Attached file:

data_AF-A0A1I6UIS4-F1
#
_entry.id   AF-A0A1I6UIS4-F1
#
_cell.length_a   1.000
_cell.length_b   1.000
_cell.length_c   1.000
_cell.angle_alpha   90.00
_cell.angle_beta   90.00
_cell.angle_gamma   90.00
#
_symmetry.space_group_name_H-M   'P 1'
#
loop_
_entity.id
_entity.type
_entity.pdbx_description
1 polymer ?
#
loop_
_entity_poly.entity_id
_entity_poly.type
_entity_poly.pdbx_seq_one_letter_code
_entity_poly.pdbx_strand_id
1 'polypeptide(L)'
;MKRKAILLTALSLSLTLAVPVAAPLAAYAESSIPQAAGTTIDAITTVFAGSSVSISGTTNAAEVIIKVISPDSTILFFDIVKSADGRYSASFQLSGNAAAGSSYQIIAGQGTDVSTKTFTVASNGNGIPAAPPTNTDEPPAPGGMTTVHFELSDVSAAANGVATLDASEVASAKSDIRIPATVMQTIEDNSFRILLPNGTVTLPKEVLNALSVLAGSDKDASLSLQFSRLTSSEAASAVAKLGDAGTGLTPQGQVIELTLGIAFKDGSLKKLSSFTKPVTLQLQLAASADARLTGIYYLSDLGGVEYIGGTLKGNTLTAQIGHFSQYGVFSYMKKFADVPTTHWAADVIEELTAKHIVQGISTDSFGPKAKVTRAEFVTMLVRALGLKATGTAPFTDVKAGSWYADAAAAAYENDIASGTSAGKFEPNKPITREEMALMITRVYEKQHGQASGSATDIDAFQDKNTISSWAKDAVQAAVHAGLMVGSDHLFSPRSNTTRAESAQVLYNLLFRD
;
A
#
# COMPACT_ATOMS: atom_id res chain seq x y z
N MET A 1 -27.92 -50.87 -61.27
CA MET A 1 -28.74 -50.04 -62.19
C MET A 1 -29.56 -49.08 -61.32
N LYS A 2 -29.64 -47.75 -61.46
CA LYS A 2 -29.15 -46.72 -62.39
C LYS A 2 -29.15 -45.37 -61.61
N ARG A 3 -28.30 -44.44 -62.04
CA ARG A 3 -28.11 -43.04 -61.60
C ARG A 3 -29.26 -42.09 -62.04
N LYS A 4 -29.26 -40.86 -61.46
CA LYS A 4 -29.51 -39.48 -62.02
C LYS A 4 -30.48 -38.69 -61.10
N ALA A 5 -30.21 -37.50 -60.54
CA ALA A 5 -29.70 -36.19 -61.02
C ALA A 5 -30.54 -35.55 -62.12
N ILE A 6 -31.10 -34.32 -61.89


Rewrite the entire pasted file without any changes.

data_AF-A0A1I6UIS4-F1
#
_entry.id   AF-A0A1I6UIS4-F1
#
_cell.length_a   1.000
_cell.length_b   1.000
_cell.length_c   1.000
_cell.angle_alpha   90.00
_cell.angle_beta   90.00
_cell.angle_gamma   90.00
#
_symmetry.space_group_name_H-M   'P 1'
#
loop_
_entity.id
_entity.type
_entity.pdbx_description
1 polymer ?
#
loop_
_entity_poly.entity_id
_entity_poly.type
_entity_poly.pdbx_seq_one_letter_code
_entity_poly.pdbx_strand_id
1 'polypeptide(L)'
;MKRKAILLTALSLSLTLAVPVAAPLAAYAESSIPQAAGTTIDAITTVFAGSSVSISGTTNAAEVIIKVISPDSTILFFDIVKSADGRYSASFQLSGNAAAGSSYQIIAGQGTDVSTKTFTVASNGNGIPAAPPTNTDEPPAPGGMTTVHFELSDVSAAANGVATLDASEVASAKSDIRIPATVMQTIEDNSFRILLPNGTVTLPKEVLNALSVLAGSDKDASLSLQFSRLTSSEAASAVAKLGDAGTGLTPQGQVIELTLGIAFKDGSLKKLSSFTKPVTLQLQLAASADARLTGIYYLSDLGGVEYIGGTLKGNTLTAQIGHFSQYGVFSYMKKFADVPTTHWAADVIEELTAKHIVQGISTDSFGPKAKVTRAEFVTMLVRALGLKATGTAPFTDVKAGSWYADAAAAAYENDIASGTSAGKFEPNKPITREEMALMITRVYEKQHGQASGSATDIDAFQDKNTISSWAKDAVQAAVHAGLMVGSDHLFSPRSNTTRAESAQVLYNLLFRD
;
A
#
# COMPACT_ATOMS: atom_id res chain seq x y z
N MET A 1 -27.92 -50.87 -61.27
CA MET A 1 -28.74 -50.04 -62.19
C MET A 1 -29.56 -49.08 -61.32
N LYS A 2 -29.64 -47.75 -61.46
CA LYS A 2 -29.15 -46.72 -62.39
C LYS A 2 -29.15 -45.37 -61.61
N ARG A 3 -28.30 -44.44 -62.04
CA ARG A 3 -28.11 -43.04 -61.60
C ARG A 3 -29.26 -42.09 -62.04
N LYS A 4 -29.26 -40.86 -61.46
CA LYS A 4 -29.51 -39.48 -62.02
C LYS A 4 -30.48 -38.69 -61.10
N ALA A 5 -30.21 -37.50 -60.54
CA ALA A 5 -29.70 -36.19 -61.02
C ALA A 5 -30.54 -35.55 -62.12
N ILE A 6 -31.10 -34.32 -61.89